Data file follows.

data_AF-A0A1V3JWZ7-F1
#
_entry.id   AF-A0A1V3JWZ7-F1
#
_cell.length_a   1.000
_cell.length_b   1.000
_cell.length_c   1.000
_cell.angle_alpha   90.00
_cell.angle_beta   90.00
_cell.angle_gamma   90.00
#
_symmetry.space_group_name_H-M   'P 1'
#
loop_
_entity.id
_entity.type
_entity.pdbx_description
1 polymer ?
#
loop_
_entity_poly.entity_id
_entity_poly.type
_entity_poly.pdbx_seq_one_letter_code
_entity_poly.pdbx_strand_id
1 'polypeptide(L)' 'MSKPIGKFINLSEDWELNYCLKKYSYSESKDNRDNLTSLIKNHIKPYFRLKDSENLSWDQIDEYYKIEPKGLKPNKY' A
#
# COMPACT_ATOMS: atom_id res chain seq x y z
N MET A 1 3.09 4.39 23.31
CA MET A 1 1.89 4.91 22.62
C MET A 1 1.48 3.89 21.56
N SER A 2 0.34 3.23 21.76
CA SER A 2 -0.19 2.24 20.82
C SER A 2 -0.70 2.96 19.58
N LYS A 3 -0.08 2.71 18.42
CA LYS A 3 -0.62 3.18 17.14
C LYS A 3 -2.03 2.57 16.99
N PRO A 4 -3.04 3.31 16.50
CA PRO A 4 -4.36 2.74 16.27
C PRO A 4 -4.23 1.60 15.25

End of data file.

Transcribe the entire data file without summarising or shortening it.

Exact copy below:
data_AF-A0A1V3JWZ7-F1
#
_entry.id   AF-A0A1V3JWZ7-F1
#
_cell.length_a   1.000
_cell.length_b   1.000
_cell.length_c   1.000
_cell.angle_alpha   90.00
_cell.angle_beta   90.00
_cell.angle_gamma   90.00
#
_symmetry.space_group_name_H-M   'P 1'
#
loop_
_entity.id
_entity.type
_entity.pdbx_description
1 polymer ?
#
loop_
_entity_poly.entity_id
_entity_poly.type
_entity_poly.pdbx_seq_one_letter_code
_entity_poly.pdbx_strand_id
1 'polypeptide(L)' 'MSKPIGKFINLSEDWELNYCLKKYSYSESKDNRDNLTSLIKNHIKPYFRLKDSENLSWDQIDEYYKIEPKGLKPNKY' A
#
# COMPACT_ATOMS: atom_id res chain seq x y z
N MET A 1 3.09 4.39 23.31
CA MET A 1 1.89 4.91 22.62
C MET A 1 1.48 3.89 21.56
N SER A 2 0.34 3.23 21.76
CA SER A 2 -0.19 2.24 20.82
C SER A 2 -0.70 2.96 19.58
N LYS A 3 -0.08 2.71 18.42
CA LYS A 3 -0.62 3.18 17.14
C LYS A 3 -2.03 2.57 16.99
N PRO A 4 -3.04 3.31 16.50
CA PRO A 4 -4.36 2.74 16.27
C PRO A 4 -4.23 1.60 15.25